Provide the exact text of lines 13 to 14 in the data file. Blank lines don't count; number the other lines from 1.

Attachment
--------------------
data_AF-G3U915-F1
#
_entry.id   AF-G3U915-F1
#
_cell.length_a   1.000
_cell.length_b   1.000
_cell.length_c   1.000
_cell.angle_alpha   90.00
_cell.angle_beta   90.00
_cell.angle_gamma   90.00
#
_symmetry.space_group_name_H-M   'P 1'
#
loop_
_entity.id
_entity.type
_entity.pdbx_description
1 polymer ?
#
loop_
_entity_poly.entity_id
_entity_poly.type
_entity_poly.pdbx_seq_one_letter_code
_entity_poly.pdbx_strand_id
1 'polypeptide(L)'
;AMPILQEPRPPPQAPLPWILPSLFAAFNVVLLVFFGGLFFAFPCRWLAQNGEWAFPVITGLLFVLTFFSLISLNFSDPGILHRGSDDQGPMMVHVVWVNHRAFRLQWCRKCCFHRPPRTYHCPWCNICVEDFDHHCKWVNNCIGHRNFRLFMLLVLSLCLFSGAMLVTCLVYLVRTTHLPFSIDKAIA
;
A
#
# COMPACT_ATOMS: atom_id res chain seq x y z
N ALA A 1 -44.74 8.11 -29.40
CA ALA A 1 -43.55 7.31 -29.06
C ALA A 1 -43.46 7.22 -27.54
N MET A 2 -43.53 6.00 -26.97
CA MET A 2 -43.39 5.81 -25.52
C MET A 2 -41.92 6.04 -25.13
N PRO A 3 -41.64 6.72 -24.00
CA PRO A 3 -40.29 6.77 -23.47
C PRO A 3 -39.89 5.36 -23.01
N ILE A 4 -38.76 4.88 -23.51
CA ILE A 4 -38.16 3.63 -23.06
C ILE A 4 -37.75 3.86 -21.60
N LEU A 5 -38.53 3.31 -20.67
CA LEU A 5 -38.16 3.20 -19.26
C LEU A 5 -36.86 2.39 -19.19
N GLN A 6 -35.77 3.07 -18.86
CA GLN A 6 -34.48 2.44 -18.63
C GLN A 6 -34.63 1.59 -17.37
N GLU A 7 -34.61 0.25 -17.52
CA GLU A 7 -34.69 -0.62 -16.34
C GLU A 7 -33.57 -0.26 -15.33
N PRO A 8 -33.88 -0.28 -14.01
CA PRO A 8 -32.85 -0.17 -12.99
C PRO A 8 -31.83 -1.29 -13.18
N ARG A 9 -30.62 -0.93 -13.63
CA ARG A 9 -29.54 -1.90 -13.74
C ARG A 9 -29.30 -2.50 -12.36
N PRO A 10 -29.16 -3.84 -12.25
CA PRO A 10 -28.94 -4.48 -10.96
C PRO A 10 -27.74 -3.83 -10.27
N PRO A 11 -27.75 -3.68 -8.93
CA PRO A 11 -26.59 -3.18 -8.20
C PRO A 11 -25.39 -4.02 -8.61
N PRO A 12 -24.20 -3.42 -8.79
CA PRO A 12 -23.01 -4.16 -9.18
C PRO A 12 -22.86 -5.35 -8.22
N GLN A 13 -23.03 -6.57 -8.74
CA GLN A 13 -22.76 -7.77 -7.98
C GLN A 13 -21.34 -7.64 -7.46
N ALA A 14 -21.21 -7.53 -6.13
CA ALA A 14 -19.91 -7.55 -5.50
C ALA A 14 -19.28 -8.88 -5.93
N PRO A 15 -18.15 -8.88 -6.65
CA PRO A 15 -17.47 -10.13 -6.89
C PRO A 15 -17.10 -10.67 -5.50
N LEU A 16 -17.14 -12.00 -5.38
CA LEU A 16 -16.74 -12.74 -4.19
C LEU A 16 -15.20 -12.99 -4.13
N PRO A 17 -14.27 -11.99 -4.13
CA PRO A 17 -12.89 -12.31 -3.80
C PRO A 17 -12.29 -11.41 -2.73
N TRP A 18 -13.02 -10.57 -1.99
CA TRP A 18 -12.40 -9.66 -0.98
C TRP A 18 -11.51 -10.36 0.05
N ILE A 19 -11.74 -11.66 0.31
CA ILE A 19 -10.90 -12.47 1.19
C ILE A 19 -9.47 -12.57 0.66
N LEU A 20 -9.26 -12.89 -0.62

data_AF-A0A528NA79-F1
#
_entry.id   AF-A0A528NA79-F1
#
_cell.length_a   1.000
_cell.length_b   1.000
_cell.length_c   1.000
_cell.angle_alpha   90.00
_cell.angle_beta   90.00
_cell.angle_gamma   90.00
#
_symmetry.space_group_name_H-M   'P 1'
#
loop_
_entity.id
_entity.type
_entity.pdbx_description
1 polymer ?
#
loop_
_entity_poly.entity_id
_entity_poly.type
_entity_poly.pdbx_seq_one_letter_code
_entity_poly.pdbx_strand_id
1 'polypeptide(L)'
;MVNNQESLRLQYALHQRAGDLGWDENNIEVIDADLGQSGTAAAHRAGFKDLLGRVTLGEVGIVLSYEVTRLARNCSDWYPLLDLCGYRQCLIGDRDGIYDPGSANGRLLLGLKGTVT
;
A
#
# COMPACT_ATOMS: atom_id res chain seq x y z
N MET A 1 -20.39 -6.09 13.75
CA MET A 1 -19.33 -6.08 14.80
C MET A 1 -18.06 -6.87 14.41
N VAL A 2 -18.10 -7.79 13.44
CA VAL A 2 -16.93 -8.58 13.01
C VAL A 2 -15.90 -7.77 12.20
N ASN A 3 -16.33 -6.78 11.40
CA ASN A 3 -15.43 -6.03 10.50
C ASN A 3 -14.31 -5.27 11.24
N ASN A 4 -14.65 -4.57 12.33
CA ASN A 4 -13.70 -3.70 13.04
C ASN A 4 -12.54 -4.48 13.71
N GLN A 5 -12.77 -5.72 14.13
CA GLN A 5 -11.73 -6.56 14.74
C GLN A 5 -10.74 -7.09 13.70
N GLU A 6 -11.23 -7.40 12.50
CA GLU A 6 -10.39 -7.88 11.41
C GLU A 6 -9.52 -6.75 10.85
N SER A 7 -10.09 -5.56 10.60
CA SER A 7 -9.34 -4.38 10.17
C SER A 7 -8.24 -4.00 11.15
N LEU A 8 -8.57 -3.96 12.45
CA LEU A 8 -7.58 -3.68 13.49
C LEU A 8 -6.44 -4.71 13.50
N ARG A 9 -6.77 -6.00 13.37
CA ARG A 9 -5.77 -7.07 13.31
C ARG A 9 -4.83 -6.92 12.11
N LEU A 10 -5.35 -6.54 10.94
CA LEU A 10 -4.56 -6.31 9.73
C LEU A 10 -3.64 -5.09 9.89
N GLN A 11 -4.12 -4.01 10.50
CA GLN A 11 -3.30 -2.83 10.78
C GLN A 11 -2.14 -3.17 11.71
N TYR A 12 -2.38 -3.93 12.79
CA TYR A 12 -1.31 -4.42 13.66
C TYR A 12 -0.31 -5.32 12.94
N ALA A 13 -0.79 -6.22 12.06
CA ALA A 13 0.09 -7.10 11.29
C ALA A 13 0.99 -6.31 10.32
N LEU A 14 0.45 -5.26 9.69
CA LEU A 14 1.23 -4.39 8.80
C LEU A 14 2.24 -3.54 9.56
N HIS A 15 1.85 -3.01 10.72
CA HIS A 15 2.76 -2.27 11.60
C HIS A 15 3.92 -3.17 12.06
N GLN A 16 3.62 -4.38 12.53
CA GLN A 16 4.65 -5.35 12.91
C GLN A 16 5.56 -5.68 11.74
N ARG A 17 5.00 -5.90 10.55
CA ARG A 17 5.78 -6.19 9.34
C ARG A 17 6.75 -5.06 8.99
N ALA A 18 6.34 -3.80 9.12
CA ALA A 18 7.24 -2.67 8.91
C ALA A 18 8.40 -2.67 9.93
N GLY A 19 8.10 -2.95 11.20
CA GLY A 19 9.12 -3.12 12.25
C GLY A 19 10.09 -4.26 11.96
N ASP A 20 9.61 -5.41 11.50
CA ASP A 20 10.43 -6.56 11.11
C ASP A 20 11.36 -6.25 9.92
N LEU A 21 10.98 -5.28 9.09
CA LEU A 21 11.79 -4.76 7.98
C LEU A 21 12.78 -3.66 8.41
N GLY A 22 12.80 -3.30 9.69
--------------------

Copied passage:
#
loop_